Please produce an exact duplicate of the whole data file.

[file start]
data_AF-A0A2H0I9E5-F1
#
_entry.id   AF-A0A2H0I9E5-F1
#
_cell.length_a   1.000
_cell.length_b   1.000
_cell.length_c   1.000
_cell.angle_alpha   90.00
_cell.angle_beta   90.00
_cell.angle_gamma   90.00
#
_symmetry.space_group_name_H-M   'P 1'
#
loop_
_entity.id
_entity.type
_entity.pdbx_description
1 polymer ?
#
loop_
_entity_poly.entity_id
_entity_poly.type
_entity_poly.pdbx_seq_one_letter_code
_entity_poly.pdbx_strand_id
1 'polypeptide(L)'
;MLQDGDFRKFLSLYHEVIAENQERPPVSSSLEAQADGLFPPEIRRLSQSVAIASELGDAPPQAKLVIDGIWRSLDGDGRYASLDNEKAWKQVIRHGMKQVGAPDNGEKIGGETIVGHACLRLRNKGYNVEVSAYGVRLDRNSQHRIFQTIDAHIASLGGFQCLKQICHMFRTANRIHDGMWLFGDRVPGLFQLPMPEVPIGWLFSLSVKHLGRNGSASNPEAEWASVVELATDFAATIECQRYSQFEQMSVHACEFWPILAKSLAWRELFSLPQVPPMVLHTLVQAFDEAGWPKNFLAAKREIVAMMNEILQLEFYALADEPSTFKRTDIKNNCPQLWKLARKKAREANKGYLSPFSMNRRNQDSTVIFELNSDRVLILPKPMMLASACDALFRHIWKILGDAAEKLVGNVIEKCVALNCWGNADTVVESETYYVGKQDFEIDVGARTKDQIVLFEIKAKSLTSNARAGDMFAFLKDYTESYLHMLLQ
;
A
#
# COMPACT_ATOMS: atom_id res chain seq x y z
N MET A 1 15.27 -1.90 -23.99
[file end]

data_AF-A0A2H0I9E5-F1
#
_entry.id   AF-A0A2H0I9E5-F1
#
_cell.length_a   1.000
_cell.length_b   1.000
_cell.length_c   1.000
_cell.angle_alpha   90.00
_cell.angle_beta   90.00
_cell.angle_gamma   90.00
#
_symmetry.space_group_name_H-M   'P 1'
#
loop_
_entity.id
_entity.type
_entity.pdbx_description
1 polymer ?
#
loop_
_entity_poly.entity_id
_entity_poly.type
_entity_poly.pdbx_seq_one_letter_code
_entity_poly.pdbx_strand_id
1 'polypeptide(L)'
;MLQDGDFRKFLSLYHEVIAENQERPPVSSSLEAQADGLFPPEIRRLSQSVAIASELGDAPPQAKLVIDGIWRSLDGDGRYASLDNEKAWKQVIRHGMKQVGAPDNGEKIGGETIVGHACLRLRNKGYNVEVSAYGVRLDRNSQHRIFQTIDAHIASLGGFQCLKQICHMFRTANRIHDGMWLFGDRVPGLFQLPMPEVPIGWLFSLSVKHLGRNGSASNPEAEWASVVELATDFAATIECQRYSQFEQMSVHACEFWPILAKSLAWRELFSLPQVPPMVLHTLVQAFDEAGWPKNFLAAKREIVAMMNEILQLEFYALADEPSTFKRTDIKNNCPQLWKLARKKAREANKGYLSPFSMNRRNQDSTVIFELNSDRVLILPKPMMLASACDALFRHIWKILGDAAEKLVGNVIEKCVALNCWGNADTVVESETYYVGKQDFEIDVGARTKDQIVLFEIKAKSLTSNARAGDMFAFLKDYTESYLHMLLQ
;
A
#
# COMPACT_ATOMS: atom_id res chain seq x y z
N MET A 1 15.27 -1.90 -23.99